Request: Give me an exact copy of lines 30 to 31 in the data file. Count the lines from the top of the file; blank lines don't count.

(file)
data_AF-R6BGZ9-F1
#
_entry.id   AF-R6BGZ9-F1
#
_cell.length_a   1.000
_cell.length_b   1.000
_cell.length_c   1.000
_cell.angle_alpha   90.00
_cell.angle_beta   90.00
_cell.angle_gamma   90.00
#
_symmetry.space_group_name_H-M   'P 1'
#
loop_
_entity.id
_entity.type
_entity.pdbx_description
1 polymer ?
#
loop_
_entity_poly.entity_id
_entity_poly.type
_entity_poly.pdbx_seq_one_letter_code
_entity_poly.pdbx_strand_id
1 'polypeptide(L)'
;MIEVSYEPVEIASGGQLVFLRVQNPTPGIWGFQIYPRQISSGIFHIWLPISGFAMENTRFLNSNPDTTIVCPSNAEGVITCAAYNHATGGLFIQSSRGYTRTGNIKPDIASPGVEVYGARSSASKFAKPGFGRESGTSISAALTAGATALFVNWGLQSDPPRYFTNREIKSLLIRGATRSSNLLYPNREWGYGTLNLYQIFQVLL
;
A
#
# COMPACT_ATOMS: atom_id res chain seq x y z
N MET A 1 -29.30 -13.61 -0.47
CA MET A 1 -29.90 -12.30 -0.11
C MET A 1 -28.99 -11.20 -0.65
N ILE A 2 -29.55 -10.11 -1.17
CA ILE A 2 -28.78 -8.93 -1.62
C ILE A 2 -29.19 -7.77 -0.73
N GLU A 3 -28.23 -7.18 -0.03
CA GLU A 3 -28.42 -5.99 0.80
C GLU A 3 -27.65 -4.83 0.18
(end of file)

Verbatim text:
# COMPACT_ATOMS: atom_id res chain seq x y z
N MET A 1 -29.30 -13.61 -0.47